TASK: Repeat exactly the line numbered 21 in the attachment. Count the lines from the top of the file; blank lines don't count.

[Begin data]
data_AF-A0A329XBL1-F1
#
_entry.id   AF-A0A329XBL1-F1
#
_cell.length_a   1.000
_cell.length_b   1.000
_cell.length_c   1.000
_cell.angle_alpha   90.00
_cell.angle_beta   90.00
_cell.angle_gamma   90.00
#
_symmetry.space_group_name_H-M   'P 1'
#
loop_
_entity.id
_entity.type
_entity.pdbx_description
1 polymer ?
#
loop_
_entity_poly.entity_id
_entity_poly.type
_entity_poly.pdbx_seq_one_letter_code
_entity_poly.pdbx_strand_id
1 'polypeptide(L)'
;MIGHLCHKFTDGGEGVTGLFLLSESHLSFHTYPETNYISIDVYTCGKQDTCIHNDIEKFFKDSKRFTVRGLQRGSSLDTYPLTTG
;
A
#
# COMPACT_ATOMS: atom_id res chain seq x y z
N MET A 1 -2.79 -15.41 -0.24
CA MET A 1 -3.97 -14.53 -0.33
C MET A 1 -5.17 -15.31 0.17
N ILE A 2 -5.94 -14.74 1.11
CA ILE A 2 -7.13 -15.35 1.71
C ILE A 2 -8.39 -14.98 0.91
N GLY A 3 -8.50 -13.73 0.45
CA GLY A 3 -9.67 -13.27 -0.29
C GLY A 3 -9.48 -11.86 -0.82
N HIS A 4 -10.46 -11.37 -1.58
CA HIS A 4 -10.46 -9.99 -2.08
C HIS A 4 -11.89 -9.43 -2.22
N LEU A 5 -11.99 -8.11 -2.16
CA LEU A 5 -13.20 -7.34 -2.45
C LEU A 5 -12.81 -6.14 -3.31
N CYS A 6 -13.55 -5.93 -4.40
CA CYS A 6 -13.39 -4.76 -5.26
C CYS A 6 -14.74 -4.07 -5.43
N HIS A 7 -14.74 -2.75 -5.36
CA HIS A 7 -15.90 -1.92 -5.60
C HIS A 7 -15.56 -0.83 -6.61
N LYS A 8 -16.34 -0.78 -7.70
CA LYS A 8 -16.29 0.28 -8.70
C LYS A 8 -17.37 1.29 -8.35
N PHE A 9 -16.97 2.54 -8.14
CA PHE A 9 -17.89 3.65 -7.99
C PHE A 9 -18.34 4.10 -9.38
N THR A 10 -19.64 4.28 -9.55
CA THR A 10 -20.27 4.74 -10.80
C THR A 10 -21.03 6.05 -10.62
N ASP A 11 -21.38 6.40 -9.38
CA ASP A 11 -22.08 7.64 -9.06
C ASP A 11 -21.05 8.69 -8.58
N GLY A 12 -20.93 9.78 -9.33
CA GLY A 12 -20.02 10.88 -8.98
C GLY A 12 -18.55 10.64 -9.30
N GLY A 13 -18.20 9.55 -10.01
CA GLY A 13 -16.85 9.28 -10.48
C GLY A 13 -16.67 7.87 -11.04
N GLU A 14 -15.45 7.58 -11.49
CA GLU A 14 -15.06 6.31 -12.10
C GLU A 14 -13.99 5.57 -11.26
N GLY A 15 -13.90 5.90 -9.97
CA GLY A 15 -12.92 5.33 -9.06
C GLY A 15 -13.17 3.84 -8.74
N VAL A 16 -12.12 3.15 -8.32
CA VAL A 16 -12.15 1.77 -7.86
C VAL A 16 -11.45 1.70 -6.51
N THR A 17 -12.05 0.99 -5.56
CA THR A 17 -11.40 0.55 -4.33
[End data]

_entity_poly.entity_id